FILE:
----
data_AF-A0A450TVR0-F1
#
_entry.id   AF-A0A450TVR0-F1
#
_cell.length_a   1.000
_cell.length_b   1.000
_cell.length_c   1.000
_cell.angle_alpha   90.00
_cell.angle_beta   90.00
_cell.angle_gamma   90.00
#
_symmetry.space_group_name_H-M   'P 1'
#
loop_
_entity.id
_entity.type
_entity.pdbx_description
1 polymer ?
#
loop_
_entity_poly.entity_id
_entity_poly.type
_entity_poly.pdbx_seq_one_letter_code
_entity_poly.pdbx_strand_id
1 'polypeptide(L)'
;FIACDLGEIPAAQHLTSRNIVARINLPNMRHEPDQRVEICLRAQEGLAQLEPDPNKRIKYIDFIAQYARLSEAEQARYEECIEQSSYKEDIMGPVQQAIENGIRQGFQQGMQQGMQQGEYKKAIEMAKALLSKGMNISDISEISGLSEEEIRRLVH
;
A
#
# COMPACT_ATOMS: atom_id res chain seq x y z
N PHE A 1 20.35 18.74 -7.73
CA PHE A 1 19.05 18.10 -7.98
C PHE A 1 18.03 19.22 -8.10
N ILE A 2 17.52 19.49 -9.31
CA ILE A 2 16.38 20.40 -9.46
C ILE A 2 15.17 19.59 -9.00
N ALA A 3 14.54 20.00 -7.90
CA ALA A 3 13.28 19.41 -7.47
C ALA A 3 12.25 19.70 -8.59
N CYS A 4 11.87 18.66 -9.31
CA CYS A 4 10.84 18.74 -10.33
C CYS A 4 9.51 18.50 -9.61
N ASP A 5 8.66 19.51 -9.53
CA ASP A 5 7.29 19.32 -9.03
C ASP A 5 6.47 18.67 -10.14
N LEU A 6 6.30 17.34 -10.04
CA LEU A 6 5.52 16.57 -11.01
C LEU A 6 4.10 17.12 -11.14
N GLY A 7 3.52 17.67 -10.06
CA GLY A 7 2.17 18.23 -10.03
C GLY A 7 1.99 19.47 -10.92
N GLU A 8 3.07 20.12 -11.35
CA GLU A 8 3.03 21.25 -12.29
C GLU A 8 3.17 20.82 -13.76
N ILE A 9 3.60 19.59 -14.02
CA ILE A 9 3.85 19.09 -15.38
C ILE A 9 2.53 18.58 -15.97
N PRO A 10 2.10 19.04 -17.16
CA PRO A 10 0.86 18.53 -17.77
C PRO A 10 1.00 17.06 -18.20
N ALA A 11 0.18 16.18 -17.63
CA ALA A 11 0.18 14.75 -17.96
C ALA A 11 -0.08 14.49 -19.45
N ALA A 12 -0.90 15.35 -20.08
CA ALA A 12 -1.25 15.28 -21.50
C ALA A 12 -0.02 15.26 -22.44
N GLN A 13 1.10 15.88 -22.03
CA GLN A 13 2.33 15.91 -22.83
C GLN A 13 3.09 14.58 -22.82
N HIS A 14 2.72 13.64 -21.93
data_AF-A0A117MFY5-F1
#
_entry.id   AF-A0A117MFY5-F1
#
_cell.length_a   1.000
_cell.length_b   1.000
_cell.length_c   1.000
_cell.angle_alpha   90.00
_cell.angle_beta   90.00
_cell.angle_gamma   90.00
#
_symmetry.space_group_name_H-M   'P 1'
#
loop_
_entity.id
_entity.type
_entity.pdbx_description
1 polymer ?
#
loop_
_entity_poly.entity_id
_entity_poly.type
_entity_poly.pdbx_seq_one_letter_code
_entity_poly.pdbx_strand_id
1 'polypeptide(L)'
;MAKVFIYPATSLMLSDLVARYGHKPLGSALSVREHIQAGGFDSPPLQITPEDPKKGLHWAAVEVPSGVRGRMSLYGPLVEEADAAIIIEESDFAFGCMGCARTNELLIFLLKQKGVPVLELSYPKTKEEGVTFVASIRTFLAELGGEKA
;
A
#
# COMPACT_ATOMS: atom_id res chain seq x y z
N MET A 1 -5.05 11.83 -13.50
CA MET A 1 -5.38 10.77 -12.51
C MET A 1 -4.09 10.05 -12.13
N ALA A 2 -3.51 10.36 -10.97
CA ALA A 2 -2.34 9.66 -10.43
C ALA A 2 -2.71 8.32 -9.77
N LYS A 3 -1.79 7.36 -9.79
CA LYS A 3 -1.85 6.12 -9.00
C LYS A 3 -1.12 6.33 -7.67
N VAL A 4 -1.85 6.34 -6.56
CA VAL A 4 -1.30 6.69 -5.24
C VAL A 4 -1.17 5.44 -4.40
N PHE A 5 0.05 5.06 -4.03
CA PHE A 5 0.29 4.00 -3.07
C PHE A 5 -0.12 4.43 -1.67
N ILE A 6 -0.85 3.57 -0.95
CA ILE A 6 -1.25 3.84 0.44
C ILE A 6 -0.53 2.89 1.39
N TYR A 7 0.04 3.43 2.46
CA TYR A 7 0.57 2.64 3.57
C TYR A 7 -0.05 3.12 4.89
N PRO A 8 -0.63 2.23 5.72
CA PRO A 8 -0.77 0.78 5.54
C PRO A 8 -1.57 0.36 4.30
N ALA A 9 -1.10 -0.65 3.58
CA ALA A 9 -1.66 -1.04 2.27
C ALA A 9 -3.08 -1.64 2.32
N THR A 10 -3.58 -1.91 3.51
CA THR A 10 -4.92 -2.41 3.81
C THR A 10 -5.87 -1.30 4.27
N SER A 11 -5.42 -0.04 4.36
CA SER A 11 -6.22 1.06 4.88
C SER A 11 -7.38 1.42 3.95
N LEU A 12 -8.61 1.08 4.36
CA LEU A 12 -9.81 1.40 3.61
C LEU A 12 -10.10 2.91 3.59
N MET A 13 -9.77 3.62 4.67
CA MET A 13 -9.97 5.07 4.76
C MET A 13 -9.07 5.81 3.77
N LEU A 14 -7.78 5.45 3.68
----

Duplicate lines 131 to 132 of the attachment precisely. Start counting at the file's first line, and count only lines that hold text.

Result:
N SER A 11 -5.42 -0.04 4.36
CA SER A 11 -6.22 1.06 4.88